As the chill winds blow and cold weather settles in, we start exploring coffee drinks that can warm us to our cores and help us survive the cold. There’s the breve, a latte made with half-and-half (whole milk and cream) that’s very popular in Alaskan winters. There’s also a huge range of spiked coffee drinks like Irish coffee, cafe corretto and the New Orleanian cafe brûlot, where a ribbon of orange peel studded with cloves is soaked in brandy and set alight before being dropped into dark roast chicory-infused coffee. And there’s the maple butter coffee- a simple winter drink to warm the soul.
The original inspiration for this drink came from Sherri Johns’ excellent little book Coffee Café. In it, she floated a pat of butter in coffee, with a cinnamon stick on top. The richness of butter complemented the roasty flavours of a dark roast coffee to heighten the warmth of the brew. The cinnamon brought forth a welcoming whiff of spice that instantly took you to a warmer place.
Madhushree, Anindya and I were talking winter coffee drinks when the subject of maple syrup in coffee came up. The best maple syrup comes from a very cold place, and it’s not unusual to sweeten coffee with sirop d’érable as the Francophones call it. Hence, the idea of combining these two recipes to further heighten the warmth struck us, and this recipe was born.
Now let me get something out of the way. This is definitely not a recipe for “butter coffee”, where you’d blend butter or MCT oil into coffee to make a pile of froth that fills you up till the afternoon. Nope. This drink is simplicity itself, and that’s where its appeal lies.
We opted to use a very special bean for this — Guatemala ELLA, a curated lot from women coffee producers in the Huehuetenango region. Over 70% of the workforce in Guatemalan coffee, from picking to packing, are women. Yet, women in leadership positions and farm owners are relatively rare. Some trailblazers like Paty Perez and Ana Maria Ortega have broken through the iron ceiling of discrimination and violence to lead their own farms. Onyx Coffee, a speciality coffee importer working in the area, curated their beans into a single lot that cups like a dream. Brown sugar sweetness and hints of orange complement a full creamy body, making it a delight to drink even by itself. I am honoured to be roasting this coffee.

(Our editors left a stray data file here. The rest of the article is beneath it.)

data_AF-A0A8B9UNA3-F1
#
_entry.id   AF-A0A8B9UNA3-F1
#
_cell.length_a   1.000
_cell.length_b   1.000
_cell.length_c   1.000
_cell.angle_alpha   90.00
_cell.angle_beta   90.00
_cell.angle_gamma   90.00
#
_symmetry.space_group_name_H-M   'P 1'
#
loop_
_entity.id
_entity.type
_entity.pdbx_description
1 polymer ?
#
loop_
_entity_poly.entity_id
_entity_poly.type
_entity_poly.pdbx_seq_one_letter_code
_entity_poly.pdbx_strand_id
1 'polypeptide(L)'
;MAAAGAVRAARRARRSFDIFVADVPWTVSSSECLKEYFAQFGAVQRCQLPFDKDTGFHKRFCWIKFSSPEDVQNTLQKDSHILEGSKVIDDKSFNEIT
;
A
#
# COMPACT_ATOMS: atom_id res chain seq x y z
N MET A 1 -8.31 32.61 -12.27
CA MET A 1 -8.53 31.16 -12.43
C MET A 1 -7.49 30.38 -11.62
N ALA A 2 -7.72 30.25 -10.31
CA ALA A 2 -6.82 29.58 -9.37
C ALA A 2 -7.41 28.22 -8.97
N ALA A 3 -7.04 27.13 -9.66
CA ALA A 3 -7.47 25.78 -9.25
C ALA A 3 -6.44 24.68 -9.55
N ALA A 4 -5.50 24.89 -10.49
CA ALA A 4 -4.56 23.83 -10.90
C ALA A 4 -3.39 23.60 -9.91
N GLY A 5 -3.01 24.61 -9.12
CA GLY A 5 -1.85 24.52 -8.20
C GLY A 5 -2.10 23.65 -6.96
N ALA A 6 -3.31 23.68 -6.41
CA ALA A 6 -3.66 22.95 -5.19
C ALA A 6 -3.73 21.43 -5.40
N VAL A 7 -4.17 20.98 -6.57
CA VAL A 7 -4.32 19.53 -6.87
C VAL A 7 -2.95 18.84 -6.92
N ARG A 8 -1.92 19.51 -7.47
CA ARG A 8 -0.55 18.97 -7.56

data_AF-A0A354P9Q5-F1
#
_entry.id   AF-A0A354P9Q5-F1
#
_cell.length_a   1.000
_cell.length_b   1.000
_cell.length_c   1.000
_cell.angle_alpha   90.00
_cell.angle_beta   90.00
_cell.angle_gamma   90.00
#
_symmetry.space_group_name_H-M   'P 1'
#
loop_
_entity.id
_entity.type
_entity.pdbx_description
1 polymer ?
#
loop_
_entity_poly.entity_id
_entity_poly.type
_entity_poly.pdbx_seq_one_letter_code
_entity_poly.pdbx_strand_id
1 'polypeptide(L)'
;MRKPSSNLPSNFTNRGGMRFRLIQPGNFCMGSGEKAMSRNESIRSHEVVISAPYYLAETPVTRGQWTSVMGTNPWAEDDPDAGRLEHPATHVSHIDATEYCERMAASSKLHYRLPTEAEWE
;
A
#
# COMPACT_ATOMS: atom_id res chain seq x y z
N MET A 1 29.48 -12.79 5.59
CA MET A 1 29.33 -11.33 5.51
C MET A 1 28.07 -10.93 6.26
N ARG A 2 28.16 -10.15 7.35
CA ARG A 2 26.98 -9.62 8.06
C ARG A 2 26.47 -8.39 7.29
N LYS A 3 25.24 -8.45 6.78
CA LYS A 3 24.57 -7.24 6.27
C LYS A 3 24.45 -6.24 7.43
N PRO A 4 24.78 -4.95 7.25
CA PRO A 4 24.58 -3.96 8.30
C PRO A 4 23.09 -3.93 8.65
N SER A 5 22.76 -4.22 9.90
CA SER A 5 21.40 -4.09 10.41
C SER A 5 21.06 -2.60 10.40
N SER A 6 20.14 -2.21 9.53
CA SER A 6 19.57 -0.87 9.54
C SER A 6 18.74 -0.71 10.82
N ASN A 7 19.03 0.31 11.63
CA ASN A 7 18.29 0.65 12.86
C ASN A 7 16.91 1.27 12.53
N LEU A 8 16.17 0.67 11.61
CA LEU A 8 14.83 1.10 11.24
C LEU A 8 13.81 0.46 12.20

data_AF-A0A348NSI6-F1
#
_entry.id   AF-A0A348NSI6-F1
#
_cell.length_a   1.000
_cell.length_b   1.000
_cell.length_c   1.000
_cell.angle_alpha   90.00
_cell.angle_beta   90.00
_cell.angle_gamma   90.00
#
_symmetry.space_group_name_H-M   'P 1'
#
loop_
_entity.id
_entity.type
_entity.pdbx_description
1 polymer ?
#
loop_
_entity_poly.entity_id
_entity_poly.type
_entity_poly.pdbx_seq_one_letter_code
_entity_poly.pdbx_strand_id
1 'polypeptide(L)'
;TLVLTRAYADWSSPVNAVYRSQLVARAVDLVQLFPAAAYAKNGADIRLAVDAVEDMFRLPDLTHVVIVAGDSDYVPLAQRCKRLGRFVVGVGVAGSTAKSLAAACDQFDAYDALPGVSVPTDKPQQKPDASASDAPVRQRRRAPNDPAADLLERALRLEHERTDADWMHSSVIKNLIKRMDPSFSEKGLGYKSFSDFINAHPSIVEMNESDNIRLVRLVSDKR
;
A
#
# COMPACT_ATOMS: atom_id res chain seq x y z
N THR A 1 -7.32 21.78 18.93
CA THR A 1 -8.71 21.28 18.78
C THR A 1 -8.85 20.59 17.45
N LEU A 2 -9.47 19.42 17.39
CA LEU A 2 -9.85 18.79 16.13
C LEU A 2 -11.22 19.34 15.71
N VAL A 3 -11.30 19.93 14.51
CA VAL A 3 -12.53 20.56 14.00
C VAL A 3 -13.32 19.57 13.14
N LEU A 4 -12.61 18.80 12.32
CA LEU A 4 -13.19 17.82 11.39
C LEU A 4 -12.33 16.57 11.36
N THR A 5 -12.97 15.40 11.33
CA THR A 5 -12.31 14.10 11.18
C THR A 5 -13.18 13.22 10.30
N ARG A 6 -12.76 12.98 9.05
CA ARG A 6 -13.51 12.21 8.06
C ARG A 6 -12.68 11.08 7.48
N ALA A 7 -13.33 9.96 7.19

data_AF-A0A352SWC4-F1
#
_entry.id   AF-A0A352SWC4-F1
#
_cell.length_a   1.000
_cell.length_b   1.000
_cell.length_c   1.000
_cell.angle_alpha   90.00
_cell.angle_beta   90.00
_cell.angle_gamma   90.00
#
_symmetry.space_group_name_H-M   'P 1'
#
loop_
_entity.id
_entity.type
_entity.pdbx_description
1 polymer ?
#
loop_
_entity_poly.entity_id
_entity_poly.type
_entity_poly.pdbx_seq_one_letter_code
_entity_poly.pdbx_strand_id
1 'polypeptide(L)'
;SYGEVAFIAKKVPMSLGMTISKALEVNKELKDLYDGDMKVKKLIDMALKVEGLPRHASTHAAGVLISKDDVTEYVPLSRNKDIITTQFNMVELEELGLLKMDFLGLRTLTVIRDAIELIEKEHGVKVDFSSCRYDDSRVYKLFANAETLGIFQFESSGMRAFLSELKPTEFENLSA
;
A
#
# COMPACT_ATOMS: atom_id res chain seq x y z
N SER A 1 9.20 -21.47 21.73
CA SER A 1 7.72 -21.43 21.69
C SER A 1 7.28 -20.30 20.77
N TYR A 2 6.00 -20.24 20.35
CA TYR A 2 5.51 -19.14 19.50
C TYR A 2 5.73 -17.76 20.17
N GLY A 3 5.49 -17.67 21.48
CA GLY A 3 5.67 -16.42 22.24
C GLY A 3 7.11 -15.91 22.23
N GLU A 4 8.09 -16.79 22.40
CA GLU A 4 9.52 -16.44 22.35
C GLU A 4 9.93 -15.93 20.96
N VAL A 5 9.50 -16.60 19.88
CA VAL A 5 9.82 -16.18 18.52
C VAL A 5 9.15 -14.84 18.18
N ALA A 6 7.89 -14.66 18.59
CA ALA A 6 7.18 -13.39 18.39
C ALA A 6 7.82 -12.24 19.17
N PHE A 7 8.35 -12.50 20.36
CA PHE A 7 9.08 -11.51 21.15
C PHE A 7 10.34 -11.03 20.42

You can prepare the coffee in your method of choice — French press, pourover or any other non-espresso brew method is fine. We chose pourover to better control the aroma and body of the cup. A slow pour enhances the body, which will be needed for mouthfeel when the butter comes in. A 1:16.5 weight ratio of coffee to water was used. Also, the water temperature was between 195 and 205ºF, about 20 seconds off the boil. Grind size was medium fine, about the consistency of fine sea salt.
So I did a free pour, allowing for a 30-second bloom and graduated extraction to build layers of sweetness in the cup. The only thing that stirred the grounds was the water stream; no agitation or swirling was done. This resulted in a sweetness-forward creamy bodied cup, with just enough aromatics and muted acidity. A spoon of maple syrup was added at this point.
Madhushree then cut a perfect sliver of butter, and we floated it in the steaming cup. As it began to melt, a tiny piece of cinnamon was placed on the butter. And as it all dissolved into a glorious little pool, it was time to take a sip.
We hope you enjoy this recipe just as we did. Life is brief my friends. Take on what it offers you, and create a more just world in the process. Peace and love.
This is a guest post by Arka Chaudhuri, owner and roast wrangler of Kustomcoffee, a micro-roastery based in Fairfax, Virginia roasting ethically sourced speciality coffee since 2011.
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Maple Butter Coffee
- 1 cup pourover coffee or coffee of your choice
- 1 small slice of butter
- 1 tbsp maple syrup
- 1 small sliver of cinnamon
- After you make your coffee in your method of choice, stir in maple syrup.
- Gently slide a pat of butter and add a slice of cinnamon on top.
- Let the butter gently melt and then stir and sip your maple butter coffee